"Under field conditions, that might pose a problem if an emergency arises and you have to perform," Wesensten said. "What we're looking into are non-pharmacological ways to get more bang for your buck out of the sleep opportunities you have."
Wesensten says there are ways to drive recuperation during sleep using electrical stimulation, and possibly improve memory.
"There's some evidence it can be done," she said, "and some investigators have shown the procedure increases the positive impact of sleep on memory. First you can see whether you can produce a signal in the brain during sleep, and then transition someone into a deeper stage of sleep more rapidly."
That transition period is key, agrees Chris Berka, CEO and co-founder of Advanced Brain Monitoring.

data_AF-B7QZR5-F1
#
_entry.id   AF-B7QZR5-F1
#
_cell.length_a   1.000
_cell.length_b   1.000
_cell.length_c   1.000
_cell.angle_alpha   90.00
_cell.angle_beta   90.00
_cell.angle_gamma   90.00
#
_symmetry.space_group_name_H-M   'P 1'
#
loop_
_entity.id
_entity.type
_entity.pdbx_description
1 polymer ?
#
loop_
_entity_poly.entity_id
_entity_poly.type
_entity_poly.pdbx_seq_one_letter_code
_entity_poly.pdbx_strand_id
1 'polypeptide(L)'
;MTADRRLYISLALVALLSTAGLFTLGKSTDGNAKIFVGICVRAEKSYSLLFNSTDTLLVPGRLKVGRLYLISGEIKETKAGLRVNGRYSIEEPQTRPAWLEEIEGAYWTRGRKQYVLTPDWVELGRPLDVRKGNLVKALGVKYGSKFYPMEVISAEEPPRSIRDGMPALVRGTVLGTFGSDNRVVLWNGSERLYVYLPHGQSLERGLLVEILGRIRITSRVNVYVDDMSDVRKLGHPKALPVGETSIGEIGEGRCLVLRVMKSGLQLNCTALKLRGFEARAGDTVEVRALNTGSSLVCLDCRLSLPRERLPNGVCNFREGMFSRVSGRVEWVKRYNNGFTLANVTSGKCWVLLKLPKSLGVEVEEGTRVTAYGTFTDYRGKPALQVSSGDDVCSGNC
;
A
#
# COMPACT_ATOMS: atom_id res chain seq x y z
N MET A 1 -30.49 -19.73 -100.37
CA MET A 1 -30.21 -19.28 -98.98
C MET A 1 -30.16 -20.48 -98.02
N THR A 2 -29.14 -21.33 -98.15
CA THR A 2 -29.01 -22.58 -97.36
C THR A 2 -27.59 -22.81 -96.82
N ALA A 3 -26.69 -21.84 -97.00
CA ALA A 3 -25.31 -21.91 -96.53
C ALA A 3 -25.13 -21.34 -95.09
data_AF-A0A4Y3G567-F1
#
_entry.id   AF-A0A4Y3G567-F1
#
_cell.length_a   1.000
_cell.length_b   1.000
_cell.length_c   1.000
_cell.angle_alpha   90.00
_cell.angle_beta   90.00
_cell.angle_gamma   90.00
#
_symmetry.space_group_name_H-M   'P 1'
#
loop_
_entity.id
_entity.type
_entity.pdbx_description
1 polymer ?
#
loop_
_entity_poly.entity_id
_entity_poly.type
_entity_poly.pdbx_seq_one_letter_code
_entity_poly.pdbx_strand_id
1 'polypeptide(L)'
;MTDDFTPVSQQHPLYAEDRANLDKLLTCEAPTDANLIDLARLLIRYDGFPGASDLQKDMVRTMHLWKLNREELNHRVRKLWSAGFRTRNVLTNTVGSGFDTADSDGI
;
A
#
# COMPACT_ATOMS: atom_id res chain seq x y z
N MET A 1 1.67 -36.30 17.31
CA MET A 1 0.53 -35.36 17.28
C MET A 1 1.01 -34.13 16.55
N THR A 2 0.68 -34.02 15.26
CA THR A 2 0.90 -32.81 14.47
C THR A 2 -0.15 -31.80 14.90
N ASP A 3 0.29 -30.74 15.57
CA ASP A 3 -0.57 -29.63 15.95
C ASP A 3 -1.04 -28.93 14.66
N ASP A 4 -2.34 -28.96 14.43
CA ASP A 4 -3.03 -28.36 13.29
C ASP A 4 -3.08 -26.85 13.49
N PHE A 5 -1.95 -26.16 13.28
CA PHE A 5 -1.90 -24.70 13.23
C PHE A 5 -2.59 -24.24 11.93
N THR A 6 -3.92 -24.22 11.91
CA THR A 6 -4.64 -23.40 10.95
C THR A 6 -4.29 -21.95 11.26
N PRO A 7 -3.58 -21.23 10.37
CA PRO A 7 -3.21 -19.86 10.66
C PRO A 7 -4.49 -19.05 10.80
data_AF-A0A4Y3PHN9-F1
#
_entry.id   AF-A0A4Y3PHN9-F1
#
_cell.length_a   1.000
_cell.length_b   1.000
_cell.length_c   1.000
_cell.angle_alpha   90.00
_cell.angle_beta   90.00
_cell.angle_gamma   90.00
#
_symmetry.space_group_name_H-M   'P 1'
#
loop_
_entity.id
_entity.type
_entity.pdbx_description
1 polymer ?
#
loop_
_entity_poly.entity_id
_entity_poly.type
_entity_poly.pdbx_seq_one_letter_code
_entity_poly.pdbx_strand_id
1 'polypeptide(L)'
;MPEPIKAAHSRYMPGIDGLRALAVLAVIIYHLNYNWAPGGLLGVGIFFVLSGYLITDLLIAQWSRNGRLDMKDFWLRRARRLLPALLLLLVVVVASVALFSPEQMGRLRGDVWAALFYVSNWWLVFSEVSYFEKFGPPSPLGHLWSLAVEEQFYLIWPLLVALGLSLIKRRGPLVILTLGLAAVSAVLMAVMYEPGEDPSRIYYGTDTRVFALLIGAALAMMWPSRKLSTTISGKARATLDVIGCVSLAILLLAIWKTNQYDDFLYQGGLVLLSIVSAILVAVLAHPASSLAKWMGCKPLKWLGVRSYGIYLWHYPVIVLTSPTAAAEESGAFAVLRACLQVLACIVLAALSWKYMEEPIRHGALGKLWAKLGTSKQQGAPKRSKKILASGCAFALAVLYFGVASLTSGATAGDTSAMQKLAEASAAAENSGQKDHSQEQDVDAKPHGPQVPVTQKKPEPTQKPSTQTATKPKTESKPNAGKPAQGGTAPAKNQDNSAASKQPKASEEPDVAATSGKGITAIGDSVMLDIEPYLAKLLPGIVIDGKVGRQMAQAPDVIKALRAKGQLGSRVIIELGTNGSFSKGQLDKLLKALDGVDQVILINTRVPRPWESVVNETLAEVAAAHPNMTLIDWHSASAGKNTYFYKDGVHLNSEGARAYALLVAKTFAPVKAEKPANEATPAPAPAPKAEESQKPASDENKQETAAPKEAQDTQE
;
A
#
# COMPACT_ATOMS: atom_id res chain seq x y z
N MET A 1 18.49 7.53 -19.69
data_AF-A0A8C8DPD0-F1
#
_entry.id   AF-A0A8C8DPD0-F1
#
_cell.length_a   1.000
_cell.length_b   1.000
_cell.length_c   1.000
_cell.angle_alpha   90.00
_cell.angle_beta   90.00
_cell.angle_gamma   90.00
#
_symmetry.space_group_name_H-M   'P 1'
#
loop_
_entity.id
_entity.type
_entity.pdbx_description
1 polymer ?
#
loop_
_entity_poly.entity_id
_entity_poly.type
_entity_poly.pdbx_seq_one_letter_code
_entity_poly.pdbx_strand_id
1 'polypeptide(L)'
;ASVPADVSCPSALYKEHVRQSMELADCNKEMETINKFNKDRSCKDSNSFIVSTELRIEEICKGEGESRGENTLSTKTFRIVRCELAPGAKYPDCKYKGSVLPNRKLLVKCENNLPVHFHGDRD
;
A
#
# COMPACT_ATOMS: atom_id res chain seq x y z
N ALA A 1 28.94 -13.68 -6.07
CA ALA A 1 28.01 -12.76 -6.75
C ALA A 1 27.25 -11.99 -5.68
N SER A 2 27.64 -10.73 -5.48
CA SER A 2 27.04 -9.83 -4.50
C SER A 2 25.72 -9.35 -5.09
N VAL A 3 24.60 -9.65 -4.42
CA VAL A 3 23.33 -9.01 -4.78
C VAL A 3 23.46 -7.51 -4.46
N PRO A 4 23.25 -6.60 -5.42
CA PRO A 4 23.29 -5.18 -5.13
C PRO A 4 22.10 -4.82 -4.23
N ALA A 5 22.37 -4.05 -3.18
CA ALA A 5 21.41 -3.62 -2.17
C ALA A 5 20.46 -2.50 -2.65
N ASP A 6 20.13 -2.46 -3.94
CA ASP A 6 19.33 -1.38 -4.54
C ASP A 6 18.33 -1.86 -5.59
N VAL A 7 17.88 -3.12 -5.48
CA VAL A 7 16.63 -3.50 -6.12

"Usually we waste the most time trying to fall asleep," she said. "In some cases it can take 30 minutes."
Advanced Brain Monitoring is working on a mask, for example, that incorporates EEG-based data to provide facial warmth that can accelerate sleep and promote deeper sleep, and luminescent blue lights to invoke lighter stages of sleep to ease the wakeup process -- or to make the most out of a short nap.